Abu Hazaifa also said Palestinian cadets were taught firearms training, rappelling buildings and outposts, launching Kassam-class, short-range missiles and infiltrating Israeli enemy bases. He said the instructors were Hamas fighters who were trained abroad. Hamas has been trained in such countries as Iran, Lebanon, Sudan and Syria.

In addition, Abu Huzaifa stated the army included an intelligence unit to warn against Israeli strikes. Recruits have been trained to deploy in strategic locations of the Gaza Strip and provide reconnaissance of Israeli ground, air and artillery units.

The army has also overseen the development of new weapons, which, according to Abu Huzaifa, include extended-range Kassam rockets and bombs. 

Hamas has already developed a system to quickly mobilize thousands of fighters.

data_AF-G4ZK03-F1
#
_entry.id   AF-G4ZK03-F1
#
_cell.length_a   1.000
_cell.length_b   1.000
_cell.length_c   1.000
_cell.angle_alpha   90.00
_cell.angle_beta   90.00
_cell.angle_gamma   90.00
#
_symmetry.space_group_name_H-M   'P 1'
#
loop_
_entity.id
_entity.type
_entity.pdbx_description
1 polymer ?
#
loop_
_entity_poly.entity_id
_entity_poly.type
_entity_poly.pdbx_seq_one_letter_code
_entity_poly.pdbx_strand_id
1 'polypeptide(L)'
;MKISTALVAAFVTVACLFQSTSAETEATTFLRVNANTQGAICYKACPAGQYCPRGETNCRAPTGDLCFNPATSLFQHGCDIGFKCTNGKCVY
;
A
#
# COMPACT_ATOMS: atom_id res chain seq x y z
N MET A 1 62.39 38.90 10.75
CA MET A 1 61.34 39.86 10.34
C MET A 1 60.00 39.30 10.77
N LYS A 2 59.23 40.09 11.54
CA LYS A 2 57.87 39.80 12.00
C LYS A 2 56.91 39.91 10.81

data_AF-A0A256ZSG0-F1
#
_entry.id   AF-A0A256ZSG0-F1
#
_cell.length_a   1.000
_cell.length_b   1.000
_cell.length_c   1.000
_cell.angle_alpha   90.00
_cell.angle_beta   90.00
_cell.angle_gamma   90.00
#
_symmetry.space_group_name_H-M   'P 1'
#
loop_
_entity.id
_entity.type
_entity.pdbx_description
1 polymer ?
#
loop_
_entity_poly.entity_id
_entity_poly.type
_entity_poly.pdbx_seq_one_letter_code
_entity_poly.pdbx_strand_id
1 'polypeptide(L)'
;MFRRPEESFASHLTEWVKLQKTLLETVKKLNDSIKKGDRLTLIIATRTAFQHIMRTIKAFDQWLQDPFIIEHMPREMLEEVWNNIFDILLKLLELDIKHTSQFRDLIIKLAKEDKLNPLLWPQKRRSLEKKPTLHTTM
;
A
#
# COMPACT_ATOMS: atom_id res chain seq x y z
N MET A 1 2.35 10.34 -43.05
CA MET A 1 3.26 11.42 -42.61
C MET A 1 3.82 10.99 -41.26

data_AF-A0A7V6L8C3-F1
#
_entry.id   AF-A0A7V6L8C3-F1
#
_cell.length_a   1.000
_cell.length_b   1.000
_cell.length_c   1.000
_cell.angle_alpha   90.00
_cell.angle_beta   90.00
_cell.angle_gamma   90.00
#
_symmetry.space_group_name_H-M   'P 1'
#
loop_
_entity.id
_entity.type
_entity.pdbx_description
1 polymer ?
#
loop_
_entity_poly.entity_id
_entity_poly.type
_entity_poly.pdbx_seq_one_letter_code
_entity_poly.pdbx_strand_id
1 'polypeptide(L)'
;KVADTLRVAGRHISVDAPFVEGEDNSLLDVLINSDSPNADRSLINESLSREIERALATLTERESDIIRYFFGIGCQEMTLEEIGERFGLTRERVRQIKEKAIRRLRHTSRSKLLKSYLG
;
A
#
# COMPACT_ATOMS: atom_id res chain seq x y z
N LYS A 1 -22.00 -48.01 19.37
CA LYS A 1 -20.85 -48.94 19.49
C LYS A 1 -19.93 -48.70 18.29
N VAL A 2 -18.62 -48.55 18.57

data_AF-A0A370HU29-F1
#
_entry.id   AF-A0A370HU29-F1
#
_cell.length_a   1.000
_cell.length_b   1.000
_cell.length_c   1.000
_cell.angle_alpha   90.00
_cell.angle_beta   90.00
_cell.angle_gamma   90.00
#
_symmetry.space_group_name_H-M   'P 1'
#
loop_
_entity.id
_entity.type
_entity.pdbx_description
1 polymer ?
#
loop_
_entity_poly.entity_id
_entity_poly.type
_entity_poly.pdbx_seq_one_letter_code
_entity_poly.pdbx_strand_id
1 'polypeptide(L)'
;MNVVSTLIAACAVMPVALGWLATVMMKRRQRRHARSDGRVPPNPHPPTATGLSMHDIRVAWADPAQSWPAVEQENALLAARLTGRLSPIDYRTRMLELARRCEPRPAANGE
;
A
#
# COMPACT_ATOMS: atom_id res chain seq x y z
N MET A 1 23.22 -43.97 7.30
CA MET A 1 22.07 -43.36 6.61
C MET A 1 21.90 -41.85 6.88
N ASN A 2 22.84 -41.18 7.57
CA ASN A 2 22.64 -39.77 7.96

He said the fighters would ensure fierce resistance to any Israeli attempt to recapture the Gaza Strip after the Disengagement.

All this is occurring while Israel's Labor and Kadima political parties are vying over who will get the endorsement of Mahmoud Abbas, who serves as both the head of the Fatah and Palestinian Authority, both organizations that work in tandem with Hamas in a state bent on a total and unremitting war against Israel.

All this begs the question: Is war on the horizon or is there really any semblance of a peace process left?

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David Bedein, author of the forthcoming book, "Swimming Against the Mainstream", has run the Israel Resource News Agency. www.IsraelBehindTheNews.com, since 1987, at the Beit Agron Press Center in Jerusalem, where he also heads the Center for Near East Policy Research and serves as the Middle East correspondent for the Philadelphia Bulletin, www.thebulletin.us.